Is the oil market through the fuel market and bunkers, etc. so the geopolitics associated with oil explains 50% of the cost of transporting iron ore, and that will in itself have an impact on how iron ore trades so much of the time that we spend, and this is moving me on to what we do, is analysing the factors that determine the cost of moving various commodities around. We focus primarily on dry bulk commodities, which are the most, let's say, traded commodities within the shipping space. So that's iron ore, coal controversially, though obviously increasingly less over time as people get aware of the environmental effects. And bauxite, which is a main input for aluminium, but then increasingly copper and other kind of rare, let's say, green metals and metals that lead to the transition are being traded on smaller vessels. So what we stand in the middle of the miners, the operators that have something not dissimilar to hedge fund internal trading strategies, and then shipowners who are in the business of effectively buying assets and creating a yield from chartering it out and using, let's say, yield curve-esque strategies where they can choose to charter short, medium or long term because the freight rate I alluded to before has a term structure, all of these elements are thought about in the same way that a hedge fund would think about things. The flip side of all this on the physical side, which is where we deal on the platform, is the mirror image of the derivatives that are used to hedge these instruments. And the hedge fund community is actively involved in speculating, taking the other side of those hedge positions from shipping. So we sit in the middle of the physical side, but we do lots of analysis, which is then consumed by the hedge fund community. So we have to know how everyone's trading in these key areas, as well as all the factors that affect those things, which can include the macro from oil, but could also include congestion from various disruptive events to the number of assets moving from A to B in terms of balances and positioning, and lots of other things that probably go beyond the scope of this discussion. So yeah, transport 92% of global trade and at the same time it sits behind everything quietly and efficiently, hopefully getting greener over time.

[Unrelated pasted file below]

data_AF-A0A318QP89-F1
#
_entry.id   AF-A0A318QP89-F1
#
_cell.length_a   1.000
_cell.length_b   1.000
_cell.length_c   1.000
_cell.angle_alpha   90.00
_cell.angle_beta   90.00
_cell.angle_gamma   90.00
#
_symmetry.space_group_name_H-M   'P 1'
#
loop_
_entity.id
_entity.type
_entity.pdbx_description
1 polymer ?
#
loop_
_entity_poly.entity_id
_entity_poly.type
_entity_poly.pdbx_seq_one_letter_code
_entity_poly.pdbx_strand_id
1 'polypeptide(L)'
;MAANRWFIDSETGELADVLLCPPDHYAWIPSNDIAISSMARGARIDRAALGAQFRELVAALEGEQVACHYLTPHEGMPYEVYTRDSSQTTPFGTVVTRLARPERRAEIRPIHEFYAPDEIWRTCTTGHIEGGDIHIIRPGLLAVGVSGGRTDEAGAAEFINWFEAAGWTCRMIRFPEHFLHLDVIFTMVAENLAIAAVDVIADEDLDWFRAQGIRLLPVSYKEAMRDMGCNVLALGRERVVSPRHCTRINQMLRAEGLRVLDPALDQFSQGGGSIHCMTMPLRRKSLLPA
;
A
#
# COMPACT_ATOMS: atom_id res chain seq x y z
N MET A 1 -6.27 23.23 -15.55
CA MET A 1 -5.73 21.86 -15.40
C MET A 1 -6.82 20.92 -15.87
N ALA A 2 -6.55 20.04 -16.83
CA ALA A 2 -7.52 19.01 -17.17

Jamie: [00:18:36] There you go. I think Alessandro and you've both made the important point that as you say, 90% of global trade is on ships. So even if you are trading bonds or even if you're trading the equity market, you need to know what's going on in the world of shipping otherwise you could be caught behind. So just in terms of the mechanics, Richard, how liquid a market is shipping? Are freight rates decided on a daily basis? Is it dollars per day to transport one metric ton from one place to another? How specifically does that work?